The Trout

I've been immersed in readings about women cooking in France. I finished the recent Julia Child memoir with the definite understanding that not only am I not Julia Child, I don't even want to be like her. I don't have her drive and enthusiasm for the details and technique of cooking. I'm not even especially intrigued by nuanced combinations of flavors. I cook for friends and family, and I'm still trying to figure out my nexus of cooking, pleasure and servitude.

After Julia Child, I picked up Madeleine Kamman's When French Women Cook, a memoir with recipes. She goes through each stage of her life, chapter by chapter describing the women who influenced her with their cooking. There's Marie-Charlotte, her great-grandmother, who taught her La Cuisine Misere ("cooking something from nothing"). A recipe for Cream of Dandelion Soup (Creme de Pissenlits) follows. I haven't tried this recipe, and I can pretty much promise that I never will. It's stipulated that you want two pounds of the early dandelions, and it's already too late for that.

Victoire the mushroom maven is Kamman's next mentor. She starts that chapter saying "Disappointment comes early in life." How true! Her letdown came when she injured herself in the audition for the Paris Opera Ballet and was sent off to a distant relative's care for recovery. This raises all sorts of unanswered questions; Kamman stays focused on her accidental apprenticeship, recording what she refers to as a "France that has disappeared."

She describes a time that she and Victoire celebrated a mushroom windfall by eating out, having Truites au Lard. Following the theme of disappointment, the special meal didn't "measure up," so Victoire promised to prepare the dish the way it was supposed to be. Her story goes on with the older lady catching a trout with her bare hands, and of course they tasted better than those from the restaurant.

Having passed on not only weed soup but Squabs with Grapes and Pineau and Poached Chicken in Vinegar, I decided it was time to recapture lost France in my kitchen. Even though I knew I wouldn't be able to grab any trout except at Citarella, I decided on Truites au Lard. It's basically trout pan-fried in fat rendered from diced pancetta. [Note to self: try to avoid using the word lard in recipes; real turn off.] It was one of those French recipes that are deceptively easy:

• soak trout in milk (I don't know why, but it said to, and I did)
• render pancetta fat (1/2 oz cubed pancetta for each trout)
• take out crispy pancetta.
• flour the trout and saute about 4 min. a side. (I had some big trout, so this wasn't nearly enough time.
When the trout are done, put them on a platter and return the crispy pancetta to the pan along with 2 cloves of garlic, 2 T parsley and 2 T butter. It's done when the garlic starts to color up.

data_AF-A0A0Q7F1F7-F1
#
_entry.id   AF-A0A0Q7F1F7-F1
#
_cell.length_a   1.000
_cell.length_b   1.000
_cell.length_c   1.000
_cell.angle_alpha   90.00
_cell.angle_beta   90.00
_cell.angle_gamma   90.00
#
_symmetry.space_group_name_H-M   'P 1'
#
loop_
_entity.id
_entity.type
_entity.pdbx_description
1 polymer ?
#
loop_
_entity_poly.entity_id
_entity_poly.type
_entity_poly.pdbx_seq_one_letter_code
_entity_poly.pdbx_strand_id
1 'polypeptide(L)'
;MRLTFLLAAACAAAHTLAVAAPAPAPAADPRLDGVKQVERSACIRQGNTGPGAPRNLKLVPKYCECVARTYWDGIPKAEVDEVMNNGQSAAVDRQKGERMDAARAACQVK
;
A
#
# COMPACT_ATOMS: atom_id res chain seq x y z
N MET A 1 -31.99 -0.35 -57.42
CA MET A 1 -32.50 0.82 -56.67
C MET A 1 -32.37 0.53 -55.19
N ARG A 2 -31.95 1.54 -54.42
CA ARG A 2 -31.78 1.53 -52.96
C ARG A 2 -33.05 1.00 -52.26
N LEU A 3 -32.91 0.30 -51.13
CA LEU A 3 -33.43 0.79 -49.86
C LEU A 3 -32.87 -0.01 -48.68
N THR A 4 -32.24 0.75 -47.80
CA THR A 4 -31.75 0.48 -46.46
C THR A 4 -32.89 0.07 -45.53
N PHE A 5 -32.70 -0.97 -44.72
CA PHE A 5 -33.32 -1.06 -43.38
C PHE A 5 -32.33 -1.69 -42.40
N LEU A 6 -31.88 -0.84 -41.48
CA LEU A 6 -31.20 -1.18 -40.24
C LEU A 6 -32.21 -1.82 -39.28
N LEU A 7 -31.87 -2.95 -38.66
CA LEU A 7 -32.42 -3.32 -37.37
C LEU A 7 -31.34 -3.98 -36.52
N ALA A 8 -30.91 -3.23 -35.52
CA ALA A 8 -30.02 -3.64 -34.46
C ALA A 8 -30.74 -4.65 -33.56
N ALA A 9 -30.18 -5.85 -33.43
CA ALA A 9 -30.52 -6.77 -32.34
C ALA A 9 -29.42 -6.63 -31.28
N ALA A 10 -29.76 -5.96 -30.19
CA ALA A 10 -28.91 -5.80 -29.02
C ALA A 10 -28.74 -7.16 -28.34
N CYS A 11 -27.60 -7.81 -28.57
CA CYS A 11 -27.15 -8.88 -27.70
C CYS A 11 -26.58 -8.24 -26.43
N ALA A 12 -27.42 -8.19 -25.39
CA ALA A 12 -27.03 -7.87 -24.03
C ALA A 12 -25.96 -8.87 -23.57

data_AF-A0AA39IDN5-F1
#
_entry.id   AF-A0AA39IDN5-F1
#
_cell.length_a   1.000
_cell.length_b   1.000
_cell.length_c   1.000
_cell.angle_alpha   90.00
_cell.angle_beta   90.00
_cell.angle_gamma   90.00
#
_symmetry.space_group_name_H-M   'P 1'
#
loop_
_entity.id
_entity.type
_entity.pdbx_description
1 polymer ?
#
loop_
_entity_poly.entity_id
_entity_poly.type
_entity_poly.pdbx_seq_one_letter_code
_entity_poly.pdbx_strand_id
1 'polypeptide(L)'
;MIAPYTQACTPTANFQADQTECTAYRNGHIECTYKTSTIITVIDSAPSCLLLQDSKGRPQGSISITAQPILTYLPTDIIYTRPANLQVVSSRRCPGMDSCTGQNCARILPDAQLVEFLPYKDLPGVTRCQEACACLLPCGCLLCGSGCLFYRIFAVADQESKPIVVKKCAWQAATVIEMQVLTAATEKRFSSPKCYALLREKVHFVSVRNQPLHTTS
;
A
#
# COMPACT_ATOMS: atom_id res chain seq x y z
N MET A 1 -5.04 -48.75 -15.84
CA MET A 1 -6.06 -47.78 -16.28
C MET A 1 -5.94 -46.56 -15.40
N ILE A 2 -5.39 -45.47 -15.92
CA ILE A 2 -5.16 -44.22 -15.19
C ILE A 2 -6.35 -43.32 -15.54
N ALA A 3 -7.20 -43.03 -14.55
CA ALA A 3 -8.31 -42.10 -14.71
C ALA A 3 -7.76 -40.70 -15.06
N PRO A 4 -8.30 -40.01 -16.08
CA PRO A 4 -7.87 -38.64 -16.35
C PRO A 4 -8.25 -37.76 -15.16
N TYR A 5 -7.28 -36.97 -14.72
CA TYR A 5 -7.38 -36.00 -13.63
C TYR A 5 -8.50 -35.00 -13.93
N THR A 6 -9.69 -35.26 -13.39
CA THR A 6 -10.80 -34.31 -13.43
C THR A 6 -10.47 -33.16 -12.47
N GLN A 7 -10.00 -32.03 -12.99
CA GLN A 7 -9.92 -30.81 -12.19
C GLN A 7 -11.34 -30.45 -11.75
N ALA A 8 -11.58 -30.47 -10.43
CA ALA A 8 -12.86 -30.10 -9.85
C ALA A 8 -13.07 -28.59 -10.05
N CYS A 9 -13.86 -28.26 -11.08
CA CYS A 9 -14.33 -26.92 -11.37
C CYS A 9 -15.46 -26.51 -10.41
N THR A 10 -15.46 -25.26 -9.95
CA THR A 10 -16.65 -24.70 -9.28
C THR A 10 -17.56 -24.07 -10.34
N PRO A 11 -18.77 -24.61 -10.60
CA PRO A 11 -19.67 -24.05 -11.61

• Pour this over the trout. and serve.

I had the full Madeleine Kamman experience: I was thoroughly disappointed. I don't know what exactly I was trying to conjure. This certainly wasn't the fresh trout my mom used to make when everyone had gone fishing in the Sacramento Delta. Nor did it seem decidedly French with the mammoth fish on offer in New York. I had high expectations, to be sure, anticipating being transported to some little French kitchen where nobody had to hurry about synchronizing dinner, piano practice, bath, and bedtime stories in two hours time.


SF Mom of One said...

Without stopping to consider the pan fried trout failure, here is where my mind went:

Trout Fishing in America (remember, Brautigan, early 70s?)

Fishing as meditation (the fly fishing thing)

Meditation through action (ala Thich Nhat Hanh)


Grabbing a trout with your bare hands: a very high form of meditation.

Deb St-Claire said...

I'll try it if you will. I would have to wear river shoes though because I'm afraid of Schistosoma.

Deb St-Claire said...

BTW I really like Brautigan. Goggle: It's raining in love.

Anonymous said...

What is it with soaking fish in milk? My mom always did it, so I do too, but I have no idea why. I have heard it is good for frozen or thawed fish but have no info on fresh fish.

Maybe a little French music and a bottle of French wine would make the meal more satisfying. Good music and good wine can always make you forget that your food is just mediocre.

Anonymous said...

It is my understanding that soaking any meat in milk breaks down the bonds of the meat in some way, making it tender and moist. This is why it is particularly good to do with frozen fish. But, it also makes for a very tender chicken.


Deb St-Claire said...

Anonymous - Yes! Music and wine would definitely help. Thanks for the reminder.

Anonymous - Kirsten - Wow! Who knew? (You did!) I really appreciate the help. That's like the buttermilk for fried chicken, right? Thanks.

Anonymous said...

I think soaking in milk is also supposed to remove the fishy odor/taste - especially in frozen fish.